Luke and I left Osh mid morning after negotiating transport with one of the local drivers. We had got ourselves down to the bazaar for a little after 9:00 a.m. and were swamped by the gang of drivers all trying to get our business. This all got a little unpleasant as they jostled and pulled us around and still feeling pretty beat up I was in no mood for it. They backed off.
Eventually one of the quieter drivers offered to take us to Bishkek for 2,500 com each (about $50) after we bartered and insisted we had the estate car, our bags and one bicycle to ourselves – we’d both had enough of being crammed into jeeps with other passengers on a 10 hour plus journey! As it turned out he was one of the best drivers I’ve ever ridden with, taking the road conditions with care but with an experienced amount of speed. At no point did he look like loosing control and we were both extremely impressed by his skill in the snow and ice.
Once we left the city it soon became clear that there was no-way either of us could have cycled this route. Fresh snow lay over the hard packed ice on the roads and the conditions were truly treacherous. Once we reached the valley separating the passes the temperatures plummeted and I took the following picture – minus 25° and the sun had yet to go down!
I like to think I’m pretty tough and will generally accept a bit of a challenge, but cycling in these conditions would be just foolhardy and even suicidal. I remember being told about a cyclist doing this route last November, who after camping in the valley (if you embark on this route you’d have little choice) died in his tent of exposure. So I was shocked to see a cyclist at the side of the road 200 km from Bishkek obviously struggling. What was he thinking? I don’t think I was being unkind when I told Luke the man was a complete idiot, because he’d of known exactly what he was doing – he was too far in the pass not to have had the choice of turning around. Still, I hope he made it through.
It was 9:30 p.m. by the time we reached the hostel in Bishkek, where we were made very welcome and I quickly rustled up some hot food and a drink as we had not eaten for ten hours. Note to self – take food with you next time!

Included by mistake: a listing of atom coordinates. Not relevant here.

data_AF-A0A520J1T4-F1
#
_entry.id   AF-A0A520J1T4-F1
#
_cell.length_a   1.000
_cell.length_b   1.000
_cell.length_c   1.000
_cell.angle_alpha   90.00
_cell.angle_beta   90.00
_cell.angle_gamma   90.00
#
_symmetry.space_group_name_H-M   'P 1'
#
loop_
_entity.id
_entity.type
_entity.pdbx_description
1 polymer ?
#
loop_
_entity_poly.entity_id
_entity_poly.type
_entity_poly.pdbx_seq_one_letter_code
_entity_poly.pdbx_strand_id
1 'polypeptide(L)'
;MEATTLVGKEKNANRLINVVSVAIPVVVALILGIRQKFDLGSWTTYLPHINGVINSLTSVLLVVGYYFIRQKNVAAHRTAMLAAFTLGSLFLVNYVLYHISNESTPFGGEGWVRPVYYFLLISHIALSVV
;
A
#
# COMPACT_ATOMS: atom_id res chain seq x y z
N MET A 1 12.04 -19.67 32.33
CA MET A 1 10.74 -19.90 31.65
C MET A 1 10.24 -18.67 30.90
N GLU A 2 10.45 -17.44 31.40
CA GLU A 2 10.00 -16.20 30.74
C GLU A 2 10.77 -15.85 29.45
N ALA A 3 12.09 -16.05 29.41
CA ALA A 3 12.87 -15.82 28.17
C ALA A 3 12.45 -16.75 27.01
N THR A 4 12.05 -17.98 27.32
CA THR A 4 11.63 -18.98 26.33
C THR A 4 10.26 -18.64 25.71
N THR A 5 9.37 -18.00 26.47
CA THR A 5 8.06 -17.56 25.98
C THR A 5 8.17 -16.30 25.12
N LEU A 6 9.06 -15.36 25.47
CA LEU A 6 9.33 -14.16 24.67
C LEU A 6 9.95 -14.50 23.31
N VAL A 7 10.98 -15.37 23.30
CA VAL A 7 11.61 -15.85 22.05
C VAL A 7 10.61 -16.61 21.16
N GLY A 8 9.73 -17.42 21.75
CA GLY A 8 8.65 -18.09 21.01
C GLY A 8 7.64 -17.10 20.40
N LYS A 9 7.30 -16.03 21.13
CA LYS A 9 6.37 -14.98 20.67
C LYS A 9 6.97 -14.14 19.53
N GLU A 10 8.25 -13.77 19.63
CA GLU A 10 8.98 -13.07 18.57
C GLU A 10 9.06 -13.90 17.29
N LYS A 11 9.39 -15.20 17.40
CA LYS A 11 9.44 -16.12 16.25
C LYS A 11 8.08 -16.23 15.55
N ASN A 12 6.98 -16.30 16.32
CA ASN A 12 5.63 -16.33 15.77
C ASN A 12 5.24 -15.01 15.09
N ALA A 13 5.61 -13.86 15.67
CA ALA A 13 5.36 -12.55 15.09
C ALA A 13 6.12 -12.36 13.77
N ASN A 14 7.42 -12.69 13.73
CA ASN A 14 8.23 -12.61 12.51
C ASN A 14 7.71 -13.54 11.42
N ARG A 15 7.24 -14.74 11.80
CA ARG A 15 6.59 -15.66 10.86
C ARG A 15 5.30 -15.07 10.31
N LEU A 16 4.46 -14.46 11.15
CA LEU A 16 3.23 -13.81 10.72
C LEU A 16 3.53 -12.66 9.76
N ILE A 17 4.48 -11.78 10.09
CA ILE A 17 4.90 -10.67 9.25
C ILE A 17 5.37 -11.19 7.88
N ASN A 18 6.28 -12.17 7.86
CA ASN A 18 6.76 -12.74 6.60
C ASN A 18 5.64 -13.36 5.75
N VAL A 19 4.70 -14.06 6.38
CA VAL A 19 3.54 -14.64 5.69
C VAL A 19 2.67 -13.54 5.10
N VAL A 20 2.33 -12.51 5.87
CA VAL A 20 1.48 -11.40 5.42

Then it was a quick check of emails before crashing out exhausted.
Fundraising and replacing my bike
I’m truly overwhelmed with the response to my call for help. Alongside the donations which many of you have been kind enough to make, I have been offered a new frame and forks by Surly along with other necessary parts and these are now on their way from America. I could not have afforded to replace the bike and wait around here in Bishkek for them to arrive without your help. To be able to continue is all I ever wanted – you have made this possible. Words cannot express my gratitude to each and every one of you and I have planned a tough itinery to take full advantage of your kindness, if things go well for me. Details below.
I’m trying to be frugal in using the donations given because the daily cost of staying here in Bishkek while awaiting the replacement parts will quickly eat them away, along with the costs involved in getting parcels sent from the UK. DHL have charged me £170 for one box – absolutely scandalous but I had no choice. I think my biggest single outlay will be getting out of here, as it is now not possible to cycle, the roads are impassable for bicycles. That just leaves a train or flight and I have decided to fly to Beijing in China (as riding through the mountains of China would be very unwise in winter), then cycle south from there to Vietnam, Laos and Cambodia.
If I have sufficient funds available, I’ll then take a flight out of Singapore to Vancouver in Canada, then embark on cycling across this huge country and down to New York. I will then cycle across America (almost certainly without any significant funds – a ‘goodwill tour’) to San Francisco. Again I have to re-iterate, without help this would not be possible, but what a challenge. Can’t wait to start cycling again!
For now though I’m slowly recovering. My head is the main cause of concern as I’m pretty sure their must be nerve damage because I have no feeling (apart from the blinding headaches) on the left side, but decent medical help does not seem likely here in Bishkek. My chest is very painful too, although I’m sure this will eventually ease as the bruising disappears. So I’m left just hanging around waiting for the kit to arrive and as nothing happens quickly in Kyrgyzstan, guess I just have to be patient.